April 2015 • ISBN 978-1611495614 • $87.00
* E-Book Available
Political firebrand, tireless reformer, champion of the avant-garde, Octave Mirbeau embraced his role as disturber of the peace. Inspired by Kropotkine and Dostoyevsky, Mirbeau became the social conscience of the era, speaking in a clear voice to impugn capitalist ideology, to defend the cause of the worker, the child, the pauper, the prostitute, and the soldier sacrificed as cannon fodder.Mirbeau’s critiques of society seethe with indictments of indoctrinating agencies: the family, which stifled the child’s freedom and expressive creativity, the school, which besotted students with the aridity of its curriculum, the army, which privileged patriotism over the sanctity of life, the church, which sanctified suffering, perverted instinct, and alienated the faithful from nature. Yet Mirbeau shared the admiration of fin-de-siècle zealots for the pariahs, tramps, and beggars rehabilitated in the Scripture. The personal trials of the misbegotten became an insignia of election. Those marginalized by society experienced damnation here below yet had glimpses of the bliss they hoped might await them somewhere higher.Yet it was not just in the less fortunate that Mirbeau sought evidence of the supra-rational. Generally neglected by critics, Mirbeau’s interest in the unknown and the inexpressible informed virtually all of his writing and helped shape his views on artistic work and political struggle.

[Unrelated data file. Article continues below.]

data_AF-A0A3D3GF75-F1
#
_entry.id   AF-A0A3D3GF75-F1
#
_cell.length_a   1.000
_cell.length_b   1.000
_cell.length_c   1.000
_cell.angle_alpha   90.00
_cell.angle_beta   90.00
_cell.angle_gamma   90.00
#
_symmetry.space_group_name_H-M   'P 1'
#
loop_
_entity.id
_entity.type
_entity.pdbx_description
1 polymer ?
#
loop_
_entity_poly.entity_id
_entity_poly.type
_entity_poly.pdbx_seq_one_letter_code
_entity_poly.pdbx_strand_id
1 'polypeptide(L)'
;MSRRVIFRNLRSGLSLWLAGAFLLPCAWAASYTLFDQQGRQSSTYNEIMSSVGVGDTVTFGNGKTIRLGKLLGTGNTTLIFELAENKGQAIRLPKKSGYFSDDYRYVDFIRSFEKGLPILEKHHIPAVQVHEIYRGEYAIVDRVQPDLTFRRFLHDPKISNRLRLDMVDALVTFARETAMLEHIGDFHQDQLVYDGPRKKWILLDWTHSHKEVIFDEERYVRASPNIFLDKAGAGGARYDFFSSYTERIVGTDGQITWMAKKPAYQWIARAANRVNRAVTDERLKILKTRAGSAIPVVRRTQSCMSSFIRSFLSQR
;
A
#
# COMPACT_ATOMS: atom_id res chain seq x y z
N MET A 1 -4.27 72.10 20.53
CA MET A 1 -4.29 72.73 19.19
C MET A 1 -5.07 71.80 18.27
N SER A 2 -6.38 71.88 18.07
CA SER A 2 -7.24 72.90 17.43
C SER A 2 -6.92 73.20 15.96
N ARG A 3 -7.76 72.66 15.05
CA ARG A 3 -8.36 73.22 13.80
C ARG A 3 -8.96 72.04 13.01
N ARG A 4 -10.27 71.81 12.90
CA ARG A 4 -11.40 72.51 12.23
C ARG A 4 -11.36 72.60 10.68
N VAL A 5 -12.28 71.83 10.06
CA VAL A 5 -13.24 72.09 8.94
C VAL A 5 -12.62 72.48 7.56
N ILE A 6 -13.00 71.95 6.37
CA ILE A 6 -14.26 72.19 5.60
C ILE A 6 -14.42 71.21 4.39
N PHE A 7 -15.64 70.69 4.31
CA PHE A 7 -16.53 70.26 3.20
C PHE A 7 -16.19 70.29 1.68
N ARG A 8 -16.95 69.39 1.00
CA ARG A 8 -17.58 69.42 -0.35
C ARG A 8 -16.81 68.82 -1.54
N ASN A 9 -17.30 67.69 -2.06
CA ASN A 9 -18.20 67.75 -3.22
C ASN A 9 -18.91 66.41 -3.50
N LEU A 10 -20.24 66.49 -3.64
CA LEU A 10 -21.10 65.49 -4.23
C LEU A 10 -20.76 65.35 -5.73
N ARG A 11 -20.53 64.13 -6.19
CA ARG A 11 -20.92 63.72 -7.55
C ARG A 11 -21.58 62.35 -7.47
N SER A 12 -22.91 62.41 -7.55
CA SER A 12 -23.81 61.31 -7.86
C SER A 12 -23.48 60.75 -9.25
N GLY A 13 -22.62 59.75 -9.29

For this reason, this study sets out to analyze the spiritual politics of the author. As Mirbeau was becoming involved in the escalating controversy over the Dreyfus case and cementing his alliance with prominent anarchists, he was also undergoing a uniquely personal spiritual evolution. Here this volume breaks new ground, exploring the author’s secular metaphysic, charting his investigation of the spiritually transfiguring experience that redeems man’s desolate existence. What begins as Mirbeau’s indictment of Catholicism’s death-glorifying ethos, his attempt to find refuge from life’s pain in the blessedness of Nirvana, becomes a pursuit of mystical diffusion into the community of others. Showing how Mirbeau controverts the existence of a Christian god, this study argues that Mirbeau never abandons his exploration of life’s mysteries, apprehensions of the infinite that come from a refinement of his art and an identification with his brothers.
About the Author
Robert Ziegler is professor emeritus of liberal studies at Montana Tech of the University of Montana.